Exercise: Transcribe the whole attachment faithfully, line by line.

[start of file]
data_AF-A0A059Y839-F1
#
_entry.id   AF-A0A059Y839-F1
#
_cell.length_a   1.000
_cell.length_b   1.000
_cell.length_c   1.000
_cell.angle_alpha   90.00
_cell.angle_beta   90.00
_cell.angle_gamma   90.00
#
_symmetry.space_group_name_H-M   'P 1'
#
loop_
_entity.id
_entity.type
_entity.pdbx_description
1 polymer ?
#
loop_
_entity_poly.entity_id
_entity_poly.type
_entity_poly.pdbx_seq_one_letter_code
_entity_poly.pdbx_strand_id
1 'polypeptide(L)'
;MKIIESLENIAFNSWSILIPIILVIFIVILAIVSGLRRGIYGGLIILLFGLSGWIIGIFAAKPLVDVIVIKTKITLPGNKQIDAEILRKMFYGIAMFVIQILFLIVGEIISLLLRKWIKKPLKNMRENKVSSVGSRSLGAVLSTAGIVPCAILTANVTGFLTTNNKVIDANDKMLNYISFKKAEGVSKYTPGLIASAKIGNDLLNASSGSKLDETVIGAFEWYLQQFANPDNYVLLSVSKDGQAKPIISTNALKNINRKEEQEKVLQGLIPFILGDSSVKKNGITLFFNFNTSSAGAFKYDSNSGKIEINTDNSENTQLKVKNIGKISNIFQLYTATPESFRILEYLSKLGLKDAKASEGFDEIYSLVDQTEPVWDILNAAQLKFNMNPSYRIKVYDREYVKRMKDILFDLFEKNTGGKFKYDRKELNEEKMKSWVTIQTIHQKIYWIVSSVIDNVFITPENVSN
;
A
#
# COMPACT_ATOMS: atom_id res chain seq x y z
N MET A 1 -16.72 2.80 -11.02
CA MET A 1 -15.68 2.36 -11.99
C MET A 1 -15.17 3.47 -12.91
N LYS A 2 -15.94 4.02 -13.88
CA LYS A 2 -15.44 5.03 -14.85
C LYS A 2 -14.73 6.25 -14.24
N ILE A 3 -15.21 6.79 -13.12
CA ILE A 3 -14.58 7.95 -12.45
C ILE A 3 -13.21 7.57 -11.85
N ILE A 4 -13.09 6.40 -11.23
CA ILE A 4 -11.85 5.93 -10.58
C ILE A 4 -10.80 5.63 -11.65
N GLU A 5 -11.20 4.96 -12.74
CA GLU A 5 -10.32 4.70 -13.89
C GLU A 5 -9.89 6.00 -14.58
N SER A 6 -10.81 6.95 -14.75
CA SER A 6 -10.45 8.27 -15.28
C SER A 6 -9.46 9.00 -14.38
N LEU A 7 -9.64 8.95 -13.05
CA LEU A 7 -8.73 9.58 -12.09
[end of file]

data_AF-A0A059Y839-F1
#
_entry.id   AF-A0A059Y839-F1
#
_cell.length_a   1.000
_cell.length_b   1.000
_cell.length_c   1.000
_cell.angle_alpha   90.00
_cell.angle_beta   90.00
_cell.angle_gamma   90.00
#
_symmetry.space_group_name_H-M   'P 1'
#
loop_
_entity.id
_entity.type
_entity.pdbx_description
1 polymer ?
#
loop_
_entity_poly.entity_id
_entity_poly.type
_entity_poly.pdbx_seq_one_letter_code
_entity_poly.pdbx_strand_id
1 'polypeptide(L)'
;MKIIESLENIAFNSWSILIPIILVIFIVILAIVSGLRRGIYGGLIILLFGLSGWIIGIFAAKPLVDVIVIKTKITLPGNKQIDAEILRKMFYGIAMFVIQILFLIVGEIISLLLRKWIKKPLKNMRENKVSSVGSRSLGAVLSTAGIVPCAILTANVTGFLTTNNKVIDANDKMLNYISFKKAEGVSKYTPGLIASAKIGNDLLNASSGSKLDETVIGAFEWYLQQFANPDNYVLLSVSKDGQAKPIISTNALKNINRKEEQEKVLQGLIPFILGDSSVKKNGITLFFNFNTSSAGAFKYDSNSGKIEINTDNSENTQLKVKNIGKISNIFQLYTATPESFRILEYLSKLGLKDAKASEGFDEIYSLVDQTEPVWDILNAAQLKFNMNPSYRIKVYDREYVKRMKDILFDLFEKNTGGKFKYDRKELNEEKMKSWVTIQTIHQKIYWIVSSVIDNVFITPENVSN
;
A
#
# COMPACT_ATOMS: atom_id res chain seq x y z
N MET A 1 -16.72 2.80 -11.02
CA MET A 1 -15.68 2.36 -11.99
C MET A 1 -15.17 3.47 -12.91
N LYS A 2 -15.94 4.02 -13.88
CA LYS A 2 -15.44 5.03 -14.85
C LYS A 2 -14.73 6.25 -14.24
N ILE A 3 -15.21 6.79 -13.12
CA ILE A 3 -14.58 7.95 -12.45
C ILE A 3 -13.21 7.57 -11.85
N ILE A 4 -13.09 6.40 -11.23
CA ILE A 4 -11.85 5.93 -10.58
C ILE A 4 -10.80 5.63 -11.65
N GLU A 5 -11.20 4.96 -12.74
CA GLU A 5 -10.32 4.70 -13.89
C GLU A 5 -9.89 6.00 -14.58
N SER A 6 -10.81 6.95 -14.75
CA SER A 6 -10.45 8.27 -15.28
C SER A 6 -9.46 9.00 -14.38
N LEU A 7 -9.64 8.95 -13.05
CA LEU A 7 -8.73 9.58 -12.09